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  16. #13
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    Quote Originally Posted by JL.Alfaro View Post
    Im not working with the guy, it was a discussion from a proposal submission...and Im out of that since he is a bit "difficult" and "ignorant". pardon my french.
    Good. It would have been worse if you had gotten the job. If someone is a pain in the ass during the initial contact, they're not going to turn around and suddenly be a pleasure to work with once the project actually starts.


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  17. #14
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    Good. It would have been worse if you had gotten the job. If someone is a pain in the ass during the initial contact, they're not going to turn around and suddenly be a pleasure to work with once the project actually starts.
    very true, but I want to mention something purely for the sake of discussion. While this sort of thing certainly happens very often with clients of the low rent and deadbeat variety, it's also happening with big ticket high profile companies because that's just the way that they do business. Specifically, I'm talking about the advertising industry.

    From what I've seen of this branch of the illustration tree, they often are working on incredibly short deadlines, constantly change their minds, ask for proposals and mock-ups without guarantee of payment, and pay more than just about any other client if you do land the job.

    Point being that, as I understand things, this practice is something which many top ad agencies regularly engage in as standard procedure. Their artists are certainly compensated well if the job goes through, but often enough it does not. I would never recommend giving your time and effort away to a client who doesn't provide reasonable compensation (however you might define that) but there are times when some risk is acceptable and times when (as in this case it would seem) the client is being shamelessly exploitive.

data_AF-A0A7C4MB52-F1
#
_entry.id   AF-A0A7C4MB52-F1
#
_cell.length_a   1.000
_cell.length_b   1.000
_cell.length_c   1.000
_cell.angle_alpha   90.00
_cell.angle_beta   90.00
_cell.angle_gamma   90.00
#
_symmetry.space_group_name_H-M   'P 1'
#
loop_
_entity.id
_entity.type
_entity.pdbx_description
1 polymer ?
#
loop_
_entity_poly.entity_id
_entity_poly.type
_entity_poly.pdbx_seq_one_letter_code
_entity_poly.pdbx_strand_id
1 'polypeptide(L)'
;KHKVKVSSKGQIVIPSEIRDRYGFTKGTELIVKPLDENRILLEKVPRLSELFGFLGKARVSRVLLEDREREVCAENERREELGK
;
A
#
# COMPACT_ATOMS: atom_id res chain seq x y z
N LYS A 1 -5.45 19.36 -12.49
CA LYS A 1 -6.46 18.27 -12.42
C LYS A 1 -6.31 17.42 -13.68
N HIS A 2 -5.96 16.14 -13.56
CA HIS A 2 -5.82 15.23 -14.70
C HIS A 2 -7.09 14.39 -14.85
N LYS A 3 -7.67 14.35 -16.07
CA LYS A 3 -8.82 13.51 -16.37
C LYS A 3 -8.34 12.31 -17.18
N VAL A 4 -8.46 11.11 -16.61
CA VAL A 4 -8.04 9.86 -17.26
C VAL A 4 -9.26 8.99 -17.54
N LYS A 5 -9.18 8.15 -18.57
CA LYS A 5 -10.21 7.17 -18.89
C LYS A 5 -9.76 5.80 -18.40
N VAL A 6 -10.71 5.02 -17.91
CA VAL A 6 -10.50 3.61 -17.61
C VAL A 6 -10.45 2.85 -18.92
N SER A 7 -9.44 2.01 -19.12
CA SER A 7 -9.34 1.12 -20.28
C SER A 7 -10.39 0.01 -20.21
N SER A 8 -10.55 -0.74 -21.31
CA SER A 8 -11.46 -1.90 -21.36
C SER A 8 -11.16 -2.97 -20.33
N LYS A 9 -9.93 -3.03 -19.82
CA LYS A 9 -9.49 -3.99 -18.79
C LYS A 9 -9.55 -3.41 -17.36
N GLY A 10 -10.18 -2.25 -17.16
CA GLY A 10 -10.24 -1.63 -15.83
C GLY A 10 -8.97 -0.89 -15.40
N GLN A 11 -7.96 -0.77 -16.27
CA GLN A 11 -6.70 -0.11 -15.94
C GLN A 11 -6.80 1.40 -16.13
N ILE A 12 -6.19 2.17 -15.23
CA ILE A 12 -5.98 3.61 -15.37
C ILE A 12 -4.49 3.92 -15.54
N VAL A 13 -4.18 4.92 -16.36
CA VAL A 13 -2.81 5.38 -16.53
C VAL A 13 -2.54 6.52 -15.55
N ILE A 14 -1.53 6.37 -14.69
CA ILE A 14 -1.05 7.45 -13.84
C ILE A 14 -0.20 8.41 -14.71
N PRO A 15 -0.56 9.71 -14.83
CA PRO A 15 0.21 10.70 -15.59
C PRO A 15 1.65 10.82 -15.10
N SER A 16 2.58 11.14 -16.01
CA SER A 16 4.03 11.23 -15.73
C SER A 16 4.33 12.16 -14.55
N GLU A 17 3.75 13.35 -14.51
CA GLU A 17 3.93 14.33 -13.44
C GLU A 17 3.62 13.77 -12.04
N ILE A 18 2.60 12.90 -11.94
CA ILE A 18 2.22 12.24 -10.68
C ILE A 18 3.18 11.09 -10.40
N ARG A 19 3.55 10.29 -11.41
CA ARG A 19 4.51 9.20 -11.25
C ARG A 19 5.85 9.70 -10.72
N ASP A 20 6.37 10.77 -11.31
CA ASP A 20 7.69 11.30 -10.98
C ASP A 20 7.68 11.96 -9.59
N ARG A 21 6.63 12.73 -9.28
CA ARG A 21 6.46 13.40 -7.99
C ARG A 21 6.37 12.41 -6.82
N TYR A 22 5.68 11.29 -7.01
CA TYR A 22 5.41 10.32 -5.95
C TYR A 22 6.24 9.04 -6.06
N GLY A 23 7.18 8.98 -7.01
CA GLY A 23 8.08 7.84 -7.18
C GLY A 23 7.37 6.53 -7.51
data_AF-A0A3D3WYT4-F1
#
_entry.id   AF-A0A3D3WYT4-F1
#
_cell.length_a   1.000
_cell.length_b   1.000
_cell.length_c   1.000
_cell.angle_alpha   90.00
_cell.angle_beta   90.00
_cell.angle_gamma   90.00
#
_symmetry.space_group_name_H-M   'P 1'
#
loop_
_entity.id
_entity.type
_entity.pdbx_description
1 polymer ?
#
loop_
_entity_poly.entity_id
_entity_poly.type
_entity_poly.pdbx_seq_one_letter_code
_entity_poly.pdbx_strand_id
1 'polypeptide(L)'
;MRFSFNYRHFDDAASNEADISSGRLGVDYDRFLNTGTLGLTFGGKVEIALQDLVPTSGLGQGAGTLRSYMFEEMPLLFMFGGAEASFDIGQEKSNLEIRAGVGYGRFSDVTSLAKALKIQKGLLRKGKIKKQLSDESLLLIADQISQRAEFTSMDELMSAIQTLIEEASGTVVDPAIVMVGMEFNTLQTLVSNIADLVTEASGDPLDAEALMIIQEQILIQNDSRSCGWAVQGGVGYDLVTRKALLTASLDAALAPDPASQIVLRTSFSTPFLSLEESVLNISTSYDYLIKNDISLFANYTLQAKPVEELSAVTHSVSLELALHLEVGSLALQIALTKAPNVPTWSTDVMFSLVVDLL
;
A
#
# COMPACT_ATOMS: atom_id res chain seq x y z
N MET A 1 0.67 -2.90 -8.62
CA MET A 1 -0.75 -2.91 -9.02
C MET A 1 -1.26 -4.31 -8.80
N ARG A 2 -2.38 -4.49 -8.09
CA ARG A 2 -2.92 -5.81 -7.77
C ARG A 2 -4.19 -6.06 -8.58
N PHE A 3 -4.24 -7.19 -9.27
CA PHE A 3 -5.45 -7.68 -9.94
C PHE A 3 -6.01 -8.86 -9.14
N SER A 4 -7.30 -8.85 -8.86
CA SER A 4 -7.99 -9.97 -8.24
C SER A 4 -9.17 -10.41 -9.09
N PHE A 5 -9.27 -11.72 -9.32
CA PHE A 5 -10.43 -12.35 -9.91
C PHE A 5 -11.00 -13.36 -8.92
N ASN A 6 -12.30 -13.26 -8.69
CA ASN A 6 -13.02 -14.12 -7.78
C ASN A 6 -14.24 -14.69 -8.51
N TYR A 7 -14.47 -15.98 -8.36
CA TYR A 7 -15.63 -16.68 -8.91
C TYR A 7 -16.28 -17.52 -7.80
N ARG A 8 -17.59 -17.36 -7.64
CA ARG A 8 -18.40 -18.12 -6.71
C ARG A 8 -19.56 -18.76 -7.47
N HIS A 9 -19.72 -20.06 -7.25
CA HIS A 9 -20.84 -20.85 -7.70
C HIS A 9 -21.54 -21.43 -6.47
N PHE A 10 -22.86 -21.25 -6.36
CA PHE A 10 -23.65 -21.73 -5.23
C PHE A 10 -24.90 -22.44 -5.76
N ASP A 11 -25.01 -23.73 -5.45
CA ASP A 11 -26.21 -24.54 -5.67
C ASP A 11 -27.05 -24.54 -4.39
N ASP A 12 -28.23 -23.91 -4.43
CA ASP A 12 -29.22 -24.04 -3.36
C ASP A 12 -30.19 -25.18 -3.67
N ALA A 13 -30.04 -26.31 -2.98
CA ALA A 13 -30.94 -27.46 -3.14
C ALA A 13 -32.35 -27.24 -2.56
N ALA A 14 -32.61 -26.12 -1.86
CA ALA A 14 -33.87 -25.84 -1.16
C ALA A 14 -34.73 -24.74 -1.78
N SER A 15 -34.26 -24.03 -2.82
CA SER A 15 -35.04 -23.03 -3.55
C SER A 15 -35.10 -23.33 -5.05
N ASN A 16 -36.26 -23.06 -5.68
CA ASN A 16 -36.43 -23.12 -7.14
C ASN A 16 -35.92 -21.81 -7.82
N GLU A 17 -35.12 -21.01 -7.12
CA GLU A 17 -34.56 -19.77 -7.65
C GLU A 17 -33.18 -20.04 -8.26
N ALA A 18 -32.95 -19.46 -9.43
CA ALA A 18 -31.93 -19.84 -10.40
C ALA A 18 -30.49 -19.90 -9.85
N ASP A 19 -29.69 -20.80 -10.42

Just some thoughts.

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    Quote Originally Posted by DavePalumbo View Post
    From what I've seen of this branch of the illustration tree, they often are working on incredibly short deadlines, constantly change their minds, ask for proposals and mock-ups without guarantee of payment, and pay more than just about any other client if you do land the job.

    Point being that, as I understand things, this practice is something which many top ad agencies regularly engage in as standard procedure. Their artists are certainly compensated well if the job goes through, but often enough it does not. I would never recommend giving your time and effort away to a client who doesn't provide reasonable compensation (however you might define that) but there are times when some risk is acceptable and times when (as in this case it would seem) the client is being shamelessly exploitive.
    Although sometimes risk is acceptable, its still a gamble to work this way. It will be a sad day in illustration history if that were to become a standard in the industry.
    I wouldn't have a problem with it, if it meant that your capabilities and skills were put to test. But developing spec work or mock up works leaves it solely to discretion, taste and preferences of the client. Something that can be done with the review of ones portfolio.
    Even if you get the job and get compensated well, still leaves the question;
    What happens to the other artists who placed all their efforts, skill and time? and keep in mind, the next time it might be you left on the sidelines.
    It would appear to me that better planning is needed in the advertising segment of the illustration industry. Either that, or have a few illustrators in your payroll and get as many mock ups as you need.